When visiting Coventry it’s rather difficult not to feel like English visitors to Rome in the eighteenth century, struck by the contrast between the ruined grandeur of the old and the premature decrepitude of the modern. Coventry is in many respects a metonym for many towns in the Midlands; a medieval city with gothic cathedrals, ruined monasteries, half-timbered houses and an early Twentieth century town hall in keeping with the Tudor style of the surrounding buildings. In parts, it reminds me of Lichfield, with the churches and cathedral spires being cast in the same sandstone. It’s also now home to dulled concrete and tarnished metal buildings that lack any form of ornamentation or continuity with the previous structures. Where gothic accrues patina over time, modernism simply becomes a decaying vision of the future. It has the feel of a place where civilisation collapsed. The most obvious expession of this is the difference between the city’s two cathedrals. I’ve heard people speak of the bombing of Coventry (conventration, as it was later to be known), of how the entire sky burned for miles around as a medieval city was reduced to cinders. As a ruin, St Michael’s cathedral with its tall spire and blasted arches, retains a great deal of melancholy dignity. It reminds like a David Friedrich painting, as I look at the remaining pieces of stained glass in the window arches and a funerary monument still handing on the wall with a skull and crossbones beneath it. A bronze effigy of the first Bishop of Coventry bears the reversed figure of a swastika on its mitre. Figures of squirrels can still be seen in the apse tracery alongside real ones chasing each one through the ruins and onto the grass outside. With the trees being out of leaf, both they and the cathedral look like skeletons of their former self, with the hope of the old stones putting forth some form of new leaf in spring. In practice, this spring never came. Nearby is Basil Spence’s new cathedral. Harshly modernist, it lacks spires, arches or buttresses and makes few concessions to ornamentation, save for a form of fan vaulting on the ceiling. John Piper’s stained glass and Graham Sutherland’s altar tapestry are both striking but seem imprisoned in darkened gloom. Outside a sign on one of the chapels warns visitors to beware falling masonry from the old cathedral. It’s difficult to resist imagining a future where the new cathedral has to be demolished while the ruins of the old still stand; though whether christianity remains in England by then is probably a moot point.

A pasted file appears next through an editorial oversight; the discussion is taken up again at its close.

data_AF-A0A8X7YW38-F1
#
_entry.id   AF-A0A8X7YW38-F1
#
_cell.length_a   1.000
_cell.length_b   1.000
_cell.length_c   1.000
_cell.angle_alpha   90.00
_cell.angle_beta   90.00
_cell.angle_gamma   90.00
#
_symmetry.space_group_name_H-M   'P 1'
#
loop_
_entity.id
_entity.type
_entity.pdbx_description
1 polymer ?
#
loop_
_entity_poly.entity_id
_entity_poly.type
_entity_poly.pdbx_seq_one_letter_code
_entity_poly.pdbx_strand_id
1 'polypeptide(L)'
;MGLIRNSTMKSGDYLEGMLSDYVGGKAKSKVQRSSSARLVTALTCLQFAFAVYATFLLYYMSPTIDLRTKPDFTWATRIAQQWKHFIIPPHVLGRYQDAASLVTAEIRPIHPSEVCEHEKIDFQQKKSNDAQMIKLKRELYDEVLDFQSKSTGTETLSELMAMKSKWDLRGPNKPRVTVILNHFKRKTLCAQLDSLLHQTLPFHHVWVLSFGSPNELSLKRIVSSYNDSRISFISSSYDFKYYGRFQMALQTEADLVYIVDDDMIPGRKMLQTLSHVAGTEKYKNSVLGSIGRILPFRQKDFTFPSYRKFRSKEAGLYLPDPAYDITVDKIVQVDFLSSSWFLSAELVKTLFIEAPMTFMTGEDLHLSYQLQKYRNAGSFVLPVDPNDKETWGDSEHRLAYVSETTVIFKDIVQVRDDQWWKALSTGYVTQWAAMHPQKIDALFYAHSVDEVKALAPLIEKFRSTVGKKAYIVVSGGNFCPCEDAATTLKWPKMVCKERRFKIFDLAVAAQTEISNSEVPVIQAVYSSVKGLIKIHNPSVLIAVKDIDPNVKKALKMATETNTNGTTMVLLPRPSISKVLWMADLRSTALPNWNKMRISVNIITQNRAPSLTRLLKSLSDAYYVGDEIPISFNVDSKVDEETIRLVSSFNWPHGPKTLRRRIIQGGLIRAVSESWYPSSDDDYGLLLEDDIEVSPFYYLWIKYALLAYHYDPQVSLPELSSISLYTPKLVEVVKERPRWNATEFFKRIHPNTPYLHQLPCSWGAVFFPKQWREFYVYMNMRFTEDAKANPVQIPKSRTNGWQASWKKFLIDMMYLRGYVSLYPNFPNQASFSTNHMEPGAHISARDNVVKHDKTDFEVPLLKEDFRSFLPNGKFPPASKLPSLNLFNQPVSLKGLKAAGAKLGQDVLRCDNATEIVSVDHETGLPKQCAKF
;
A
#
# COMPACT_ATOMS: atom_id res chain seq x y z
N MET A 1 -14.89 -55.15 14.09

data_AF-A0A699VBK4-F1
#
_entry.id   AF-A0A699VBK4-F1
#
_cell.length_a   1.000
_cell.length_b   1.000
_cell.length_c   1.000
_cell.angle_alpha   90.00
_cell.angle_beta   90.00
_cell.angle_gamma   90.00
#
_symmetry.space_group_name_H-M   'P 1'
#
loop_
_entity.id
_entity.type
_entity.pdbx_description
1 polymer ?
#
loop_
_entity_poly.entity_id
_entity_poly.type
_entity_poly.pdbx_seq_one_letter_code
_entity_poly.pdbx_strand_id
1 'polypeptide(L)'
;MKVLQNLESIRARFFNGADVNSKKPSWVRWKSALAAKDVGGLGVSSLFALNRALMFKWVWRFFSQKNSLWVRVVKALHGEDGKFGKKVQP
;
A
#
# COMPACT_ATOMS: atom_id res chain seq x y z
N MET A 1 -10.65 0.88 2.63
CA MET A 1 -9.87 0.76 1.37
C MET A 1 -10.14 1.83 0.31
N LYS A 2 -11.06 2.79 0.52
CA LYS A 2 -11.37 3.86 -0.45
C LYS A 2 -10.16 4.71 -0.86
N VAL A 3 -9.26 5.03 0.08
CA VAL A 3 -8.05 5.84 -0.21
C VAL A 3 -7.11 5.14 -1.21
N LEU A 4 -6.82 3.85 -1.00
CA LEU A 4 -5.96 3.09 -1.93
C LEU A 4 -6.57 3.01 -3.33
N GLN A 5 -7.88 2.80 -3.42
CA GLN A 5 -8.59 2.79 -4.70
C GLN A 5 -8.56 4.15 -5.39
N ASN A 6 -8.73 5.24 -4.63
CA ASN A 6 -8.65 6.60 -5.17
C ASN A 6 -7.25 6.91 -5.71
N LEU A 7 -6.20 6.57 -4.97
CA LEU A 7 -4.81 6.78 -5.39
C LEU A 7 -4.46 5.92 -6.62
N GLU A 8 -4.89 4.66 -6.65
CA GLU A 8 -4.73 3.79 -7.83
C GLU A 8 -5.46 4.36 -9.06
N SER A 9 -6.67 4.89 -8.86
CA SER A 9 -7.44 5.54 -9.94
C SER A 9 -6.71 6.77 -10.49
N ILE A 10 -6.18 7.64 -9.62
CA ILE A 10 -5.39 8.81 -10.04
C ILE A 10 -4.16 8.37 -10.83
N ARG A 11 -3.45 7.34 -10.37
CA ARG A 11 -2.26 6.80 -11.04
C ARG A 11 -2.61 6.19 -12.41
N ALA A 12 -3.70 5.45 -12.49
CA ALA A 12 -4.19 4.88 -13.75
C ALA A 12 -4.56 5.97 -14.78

Nearby lie the ruins of Greyfriars, a church demolished during the reformation. A later church, Christchurch, was build around the surviving spire, only for it to fall again and once more leave the spire intact. The remains of the pre-Dissolution Priory have a good museum adjoined, showing displays of medieval tiling and some extraordinarily well preserved medieval painting from the book of revelations. A nearby park houses some Victorian churches and a somewhat unexpected monument to the inventor of the bicycle. Less striking is the church of St John the Baptist, a squat affair whose tower seems fortress-like; it served as a prison during the Civil War. Most impressive of all is Holy Trinity, the de facto cathedral of the city. The church is notable for its Victorian stained glass (as well as some rather garish modern stained glass), Minton tiling and beautiful bossed ceilings. George Eliot once worshipped here and it almost leads to appreciate her continued reverence for aspects of christianity, but the church’s most famous feature does nonetheless leave me room for pause; a doom painting of the last judgement, showing souls rising from the grave and the damned being lead to the mouth of hell as Jesus looks on. The artistry is cruder than that of Bosh and has an almost cartoonlike quality to it (certainly in comparison to the similar mosaic I saw at Torcello a few months ago). It’s a disturbing subject that summarises christianity at it worst, for all of the undeniable force inherent in the work. A modern gothic replica of the earlier Coventry cross stands nearby. The Herbert art gallery is mostly shut, save for Hepworth’s Figure (Walnut) and Cormac Faulkner’s sound installation, I am an Instrument, which plays different sounds depending on one’s position as one ascends a staircase; a sort of combination of Eno’s ambient music and Cage’s aleatoric music. Oh, and for some Peruvian stick insects, for reasons I couldn’t quite discern.